Inulin is a complex carbohydrate that belongs to a class of compounds known as fructans. Inulin has been consumed in plant sources by mankind for centuries, and is most concentrated in chicory, Jerusalem artichoke, garlic, leek and onion. It can be extracted from purified concentrated sources such as chicory root, and used to enhance the technological and nutritional properties of foods. Inulin is thought to share many of the properties of soluble dietary fibers, such as the ability to lower blood lipids and stabilize blood glucose. Additionally, inulin has been shown to enhance the growth of bifido bacteria and lactobacilli and enhance the gut environment. The objective of this study was to examine the effect of a commercially available inulin from chicory root (degree of polymerization (DP) ranging between 2 and 60, modal DP=9) in men with hypercholesterolemia on serum parameters and fecal composition. The study was a randomized, double blind, crossover design with no washout period. Twelve men were randomly assigned to two controlled diets that differed only in that the control diet contained one pint of vanilla ice cream made with sucrose while the inulin containing diet was supplemented with one pint of vanilla ice cream made with 20 grams of inulin. Subjects consumed each controlled diet for three weeks. Daily intake of 20 g of inulin significantly reduced serum triglycerides by 40 mg/dL (p=0.05). A trend toward a reduction in serum cholesterol was observed. Trends toward short chain fatty acid (SCFA) profile changes were observed after inulin administration. Transit time did not differ significantly between treatments. These data suggest that dietary inulin supplementation may improve blood lipid profiles and alters the colonic environment in a manner that may be beneficial because inulin is easily incorporated into an acceptable food like low-fat vanilla ice cream, it shows promise as a functional ingredient in many processed foods. (C) 2000 Elsevier Science Inc.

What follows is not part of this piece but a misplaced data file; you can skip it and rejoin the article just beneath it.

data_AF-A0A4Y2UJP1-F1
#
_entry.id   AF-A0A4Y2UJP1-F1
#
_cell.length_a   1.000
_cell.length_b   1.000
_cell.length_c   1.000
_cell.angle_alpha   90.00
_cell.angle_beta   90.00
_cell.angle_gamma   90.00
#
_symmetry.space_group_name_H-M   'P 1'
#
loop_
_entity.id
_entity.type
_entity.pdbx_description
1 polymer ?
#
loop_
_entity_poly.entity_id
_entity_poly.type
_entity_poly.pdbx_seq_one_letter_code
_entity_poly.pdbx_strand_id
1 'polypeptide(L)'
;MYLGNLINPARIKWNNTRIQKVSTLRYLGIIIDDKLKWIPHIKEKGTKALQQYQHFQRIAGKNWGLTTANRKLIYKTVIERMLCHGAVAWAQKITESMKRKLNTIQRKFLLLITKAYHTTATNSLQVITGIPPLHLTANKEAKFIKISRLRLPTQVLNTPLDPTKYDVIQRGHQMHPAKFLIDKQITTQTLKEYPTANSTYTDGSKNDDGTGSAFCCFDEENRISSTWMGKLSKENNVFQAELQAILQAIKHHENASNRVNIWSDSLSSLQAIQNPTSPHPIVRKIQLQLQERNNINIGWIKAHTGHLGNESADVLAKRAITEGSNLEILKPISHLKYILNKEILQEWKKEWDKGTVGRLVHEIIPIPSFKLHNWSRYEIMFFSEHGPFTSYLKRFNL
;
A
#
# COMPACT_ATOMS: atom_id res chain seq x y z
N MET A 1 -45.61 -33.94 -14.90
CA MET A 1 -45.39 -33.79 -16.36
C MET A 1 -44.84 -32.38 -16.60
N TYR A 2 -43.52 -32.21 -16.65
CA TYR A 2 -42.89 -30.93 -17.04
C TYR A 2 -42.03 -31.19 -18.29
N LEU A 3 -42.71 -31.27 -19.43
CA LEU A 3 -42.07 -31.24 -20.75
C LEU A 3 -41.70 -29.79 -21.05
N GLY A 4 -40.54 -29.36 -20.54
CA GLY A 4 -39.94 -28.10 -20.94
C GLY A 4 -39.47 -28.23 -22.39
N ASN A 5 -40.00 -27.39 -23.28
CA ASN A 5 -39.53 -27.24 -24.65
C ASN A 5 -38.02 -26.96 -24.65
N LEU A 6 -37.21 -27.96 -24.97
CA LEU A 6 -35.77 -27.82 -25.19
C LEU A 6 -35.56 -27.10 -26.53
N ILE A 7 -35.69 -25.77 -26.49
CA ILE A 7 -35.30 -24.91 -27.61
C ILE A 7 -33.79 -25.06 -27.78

Bibliographical noteFunding Information:
The authors thank Ms. Lisa Schaller-Povolny and Dr. Dave Smith for preparing the test ice creams and Ms. Lynda Enright and Mr. Richard Flores for help with food preparation and fecal composites. This work was supported in part by grant MOlRRO400 from the National Center for Research Resources and funding from Imperial Suikcr Unie and Sensus.
- Dietary fiber
- Gut fermentation
- Inulin Glucose metabolism